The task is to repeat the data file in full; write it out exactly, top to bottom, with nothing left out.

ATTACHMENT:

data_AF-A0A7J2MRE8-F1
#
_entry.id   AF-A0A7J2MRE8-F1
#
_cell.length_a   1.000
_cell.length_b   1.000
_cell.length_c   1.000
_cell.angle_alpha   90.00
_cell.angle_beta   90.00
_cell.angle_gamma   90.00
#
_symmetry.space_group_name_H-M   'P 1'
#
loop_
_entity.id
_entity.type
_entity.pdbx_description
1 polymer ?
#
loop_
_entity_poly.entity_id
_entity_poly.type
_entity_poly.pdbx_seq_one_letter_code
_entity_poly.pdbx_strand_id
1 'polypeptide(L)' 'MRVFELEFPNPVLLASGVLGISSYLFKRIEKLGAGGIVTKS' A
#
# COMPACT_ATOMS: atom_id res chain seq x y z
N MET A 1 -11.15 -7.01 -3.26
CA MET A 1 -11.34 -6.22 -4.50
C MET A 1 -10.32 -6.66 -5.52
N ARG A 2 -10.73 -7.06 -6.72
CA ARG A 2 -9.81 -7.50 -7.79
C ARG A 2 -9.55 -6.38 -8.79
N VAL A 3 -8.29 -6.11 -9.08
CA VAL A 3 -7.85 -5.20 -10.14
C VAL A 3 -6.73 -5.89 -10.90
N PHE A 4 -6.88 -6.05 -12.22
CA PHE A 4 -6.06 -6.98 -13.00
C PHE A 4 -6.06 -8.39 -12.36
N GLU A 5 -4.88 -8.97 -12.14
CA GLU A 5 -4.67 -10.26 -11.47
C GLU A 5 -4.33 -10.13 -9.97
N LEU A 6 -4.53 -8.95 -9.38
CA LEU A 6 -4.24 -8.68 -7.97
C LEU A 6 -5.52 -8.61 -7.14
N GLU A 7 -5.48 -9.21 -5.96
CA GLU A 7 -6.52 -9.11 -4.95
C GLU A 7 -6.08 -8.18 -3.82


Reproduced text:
data_AF-A0A7J2MRE8-F1
#
_entry.id   AF-A0A7J2MRE8-F1
#
_cell.length_a   1.000
_cell.length_b   1.000
_cell.length_c   1.000
_cell.angle_alpha   90.00
_cell.angle_beta   90.00
_cell.angle_gamma   90.00
#
_symmetry.space_group_name_H-M   'P 1'
#
loop_
_entity.id
_entity.type
_entity.pdbx_description
1 polymer ?
#
loop_
_entity_poly.entity_id
_entity_poly.type
_entity_poly.pdbx_seq_one_letter_code
_entity_poly.pdbx_strand_id
1 'polypeptide(L)' 'MRVFELEFPNPVLLASGVLGISSYLFKRIEKLGAGGIVTKS' A
#
# COMPACT_ATOMS: atom_id res chain seq x y z
N MET A 1 -11.15 -7.01 -3.26
CA MET A 1 -11.34 -6.22 -4.50
C MET A 1 -10.32 -6.66 -5.52
N ARG A 2 -10.73 -7.06 -6.72
CA ARG A 2 -9.81 -7.50 -7.79
C ARG A 2 -9.55 -6.38 -8.79
N VAL A 3 -8.29 -6.11 -9.08
CA VAL A 3 -7.85 -5.20 -10.14
C VAL A 3 -6.73 -5.89 -10.90
N PHE A 4 -6.88 -6.05 -12.22
CA PHE A 4 -6.06 -6.98 -13.00
C PHE A 4 -6.06 -8.39 -12.36
N GLU A 5 -4.88 -8.97 -12.14
CA GLU A 5 -4.67 -10.26 -11.47
C GLU A 5 -4.33 -10.13 -9.97
N LEU A 6 -4.53 -8.95 -9.38
CA LEU A 6 -4.24 -8.68 -7.97
C LEU A 6 -5.52 -8.61 -7.14
N GLU A 7 -5.48 -9.21 -5.96
CA GLU A 7 -6.52 -9.11 -4.95
C GLU A 7 -6.08 -8.18 -3.82